Step 2: Construction
I used Plexiglass screwed to 1/2 inch plywood. In order to hold the slider (center movable piece) in place and still allow it lateral movement, I used a dovetail router bit to shape the edges of the Plexiglass pieces. This slight bevel holds the slider down, but allows it movement.
I covered the Plexiglass pieces with double stick cellophane tape. Then I pressed the paper scales to the tape. I covered the paper scales with cellophane packing tape about 2 inches wide. I trimmed the edges with a very sharp knife.
Step 3: Adjustment
The selection of scales available is basically those found on a "trig" rule. These are the scales found on the Nestler 23 rule favored by Albert Einstein, Werner von Braun, and Sergei Korolev (chief designer for the Russian space program). This link includes a photo of von Braun's Nestler 23 rule. Most of the scales were not labeled on the Nestler 23.
Step 4: A First Problem
Step 5: Cursor?
Notice one inherent problem with the PDF file that serves as a pattern for this slide rule. See the first photo again. The left index for the B scale is aligned with 4 on the left half of the A scale. The left index on the C scale below it should very accurately indicate 2 because the C scale gives the square roots of numbers on the A or B scales, but the left index of the C scale is a full line width to the left of the 2 indicating 1.99 as the square root of 2. Calculations done on the C and D scales of this rule are quite accurate, but I found several problems on the A and B scales that are not due to my printer or my construction methods.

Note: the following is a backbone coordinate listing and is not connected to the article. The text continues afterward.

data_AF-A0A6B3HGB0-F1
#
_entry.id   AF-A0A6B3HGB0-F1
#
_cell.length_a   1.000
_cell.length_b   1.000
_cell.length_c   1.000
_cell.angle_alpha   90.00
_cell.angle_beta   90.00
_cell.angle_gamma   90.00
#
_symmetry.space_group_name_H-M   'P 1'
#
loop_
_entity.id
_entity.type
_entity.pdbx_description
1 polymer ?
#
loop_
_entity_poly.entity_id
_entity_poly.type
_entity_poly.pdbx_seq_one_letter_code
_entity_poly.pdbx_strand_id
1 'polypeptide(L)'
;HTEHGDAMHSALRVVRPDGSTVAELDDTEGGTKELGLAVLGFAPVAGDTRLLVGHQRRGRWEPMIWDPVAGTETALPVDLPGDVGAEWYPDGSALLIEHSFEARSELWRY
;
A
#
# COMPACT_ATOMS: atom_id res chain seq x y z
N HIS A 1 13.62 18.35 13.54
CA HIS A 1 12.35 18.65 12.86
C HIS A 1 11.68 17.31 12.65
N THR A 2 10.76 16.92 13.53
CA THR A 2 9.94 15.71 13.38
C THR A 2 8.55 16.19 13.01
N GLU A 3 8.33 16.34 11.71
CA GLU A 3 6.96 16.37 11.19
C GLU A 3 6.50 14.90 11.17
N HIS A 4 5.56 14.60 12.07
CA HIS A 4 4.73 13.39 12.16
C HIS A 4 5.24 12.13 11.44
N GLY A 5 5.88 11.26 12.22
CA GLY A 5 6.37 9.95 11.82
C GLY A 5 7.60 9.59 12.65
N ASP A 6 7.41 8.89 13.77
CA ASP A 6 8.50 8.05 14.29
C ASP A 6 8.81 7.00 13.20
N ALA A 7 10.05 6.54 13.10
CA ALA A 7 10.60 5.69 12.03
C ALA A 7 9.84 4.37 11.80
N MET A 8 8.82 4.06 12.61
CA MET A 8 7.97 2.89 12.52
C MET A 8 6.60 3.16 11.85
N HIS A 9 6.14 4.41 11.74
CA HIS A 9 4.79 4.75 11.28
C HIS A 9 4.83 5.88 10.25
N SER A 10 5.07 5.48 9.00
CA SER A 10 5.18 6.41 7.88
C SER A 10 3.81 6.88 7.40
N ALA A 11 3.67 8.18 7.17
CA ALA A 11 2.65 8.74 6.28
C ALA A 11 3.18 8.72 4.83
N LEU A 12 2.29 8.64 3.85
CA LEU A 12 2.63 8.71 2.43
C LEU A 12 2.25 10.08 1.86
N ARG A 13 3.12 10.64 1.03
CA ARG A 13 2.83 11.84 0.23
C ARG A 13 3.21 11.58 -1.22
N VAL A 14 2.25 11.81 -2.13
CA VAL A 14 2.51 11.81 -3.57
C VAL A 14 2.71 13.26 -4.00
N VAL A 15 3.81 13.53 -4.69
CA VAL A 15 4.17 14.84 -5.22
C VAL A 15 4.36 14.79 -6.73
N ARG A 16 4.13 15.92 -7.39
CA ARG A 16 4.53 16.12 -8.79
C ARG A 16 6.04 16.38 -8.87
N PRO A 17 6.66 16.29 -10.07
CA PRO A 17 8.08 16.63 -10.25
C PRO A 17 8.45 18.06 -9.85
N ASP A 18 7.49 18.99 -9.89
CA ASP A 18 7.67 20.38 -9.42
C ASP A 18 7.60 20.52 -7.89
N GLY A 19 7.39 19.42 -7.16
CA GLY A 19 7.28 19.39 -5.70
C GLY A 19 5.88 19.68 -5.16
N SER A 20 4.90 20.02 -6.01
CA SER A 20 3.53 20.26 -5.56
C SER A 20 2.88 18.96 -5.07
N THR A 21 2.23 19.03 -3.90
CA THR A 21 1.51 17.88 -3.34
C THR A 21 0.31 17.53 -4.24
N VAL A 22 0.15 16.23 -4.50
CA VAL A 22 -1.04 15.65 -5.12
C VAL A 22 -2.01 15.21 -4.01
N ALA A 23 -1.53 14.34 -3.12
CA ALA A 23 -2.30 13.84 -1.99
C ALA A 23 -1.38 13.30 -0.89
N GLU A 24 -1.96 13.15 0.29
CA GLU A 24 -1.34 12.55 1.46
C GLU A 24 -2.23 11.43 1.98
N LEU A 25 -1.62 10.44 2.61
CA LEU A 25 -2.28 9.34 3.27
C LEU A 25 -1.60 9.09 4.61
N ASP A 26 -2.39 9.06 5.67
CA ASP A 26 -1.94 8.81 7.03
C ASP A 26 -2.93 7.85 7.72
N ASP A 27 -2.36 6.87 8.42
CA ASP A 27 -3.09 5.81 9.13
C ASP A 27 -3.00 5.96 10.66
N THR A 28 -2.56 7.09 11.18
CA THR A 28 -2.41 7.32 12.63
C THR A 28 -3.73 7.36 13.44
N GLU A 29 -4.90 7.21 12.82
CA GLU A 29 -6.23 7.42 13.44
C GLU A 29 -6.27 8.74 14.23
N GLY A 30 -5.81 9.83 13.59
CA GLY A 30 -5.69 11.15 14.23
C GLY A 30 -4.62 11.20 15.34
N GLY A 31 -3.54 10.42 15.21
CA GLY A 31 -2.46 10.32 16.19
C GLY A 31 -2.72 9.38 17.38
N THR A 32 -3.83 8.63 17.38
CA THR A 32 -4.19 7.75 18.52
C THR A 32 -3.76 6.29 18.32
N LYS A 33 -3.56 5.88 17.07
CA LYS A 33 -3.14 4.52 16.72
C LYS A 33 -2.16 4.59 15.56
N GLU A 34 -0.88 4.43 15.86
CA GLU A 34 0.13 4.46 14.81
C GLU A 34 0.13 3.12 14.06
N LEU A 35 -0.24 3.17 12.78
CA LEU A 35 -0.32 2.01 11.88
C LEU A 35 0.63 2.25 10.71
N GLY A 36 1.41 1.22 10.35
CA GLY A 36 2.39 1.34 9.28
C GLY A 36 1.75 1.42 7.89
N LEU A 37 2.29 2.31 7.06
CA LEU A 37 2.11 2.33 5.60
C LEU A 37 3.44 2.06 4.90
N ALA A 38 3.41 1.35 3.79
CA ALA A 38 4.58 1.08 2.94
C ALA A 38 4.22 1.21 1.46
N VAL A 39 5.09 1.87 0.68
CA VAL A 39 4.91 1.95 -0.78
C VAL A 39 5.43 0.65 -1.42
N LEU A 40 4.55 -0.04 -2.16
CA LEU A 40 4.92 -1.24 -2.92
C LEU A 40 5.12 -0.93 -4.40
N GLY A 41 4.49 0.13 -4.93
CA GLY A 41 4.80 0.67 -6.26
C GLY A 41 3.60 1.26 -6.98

Step 6: Further Problems
Step 7: What to Do?
Right now I am talking with a friend who studied electronics just a couple of years after electronic calculators unceremoniously drove slide rules from the engineering scene. He wants to learn to use a slide rule out of personal interest and curiosity. I may give him the slide rule I built so he can practice. Otherwise, for someone like him, I would suggest watching the auctions at eBay and buying a favorably priced rule. An aluminum Pickett 10 inch rule similar to the one used for the virtual rule linked above can often be had for $25 or less plus shipping, even on a "Buy It Now" sale. Recently I posted an Instructable on how I bought a nice old Dietzgen slide rule for $2.50 plus shipping and replaced the defective/missing cursor glasses myself. If you have not seen that Instructable, there are some useful links there. If you saw it when I first posted it, I have since added some links and information. The photo for this step is my new old rule before I repaired the cursor glasses.
Step 8: Other Downloadable Slide Rule Scales.
If you want to download copies of just about every slide rule scale ever devised so you can make your own custom rule, this site is what you need.
If you would like to download PDFs of various classic slide rules and transfer them to your own base construction materials, this is the site you want. There are even some circular slide rules you can build. Scroll down about 2/3 of the page to see a nice wooden slide rule built by a man from Spain. (See the photo with this step.)
Here is a basic circular slide rule design you can build.
In summary, my experience is that you can spend a couple of hours making a slide rule that may not be accurate or work as smoothly as a vintage slide rule you can pick up at an on-line auction. If your time is worth anything, the slide rule you purchase at an auction site may actually cost less than the one you attempted to build.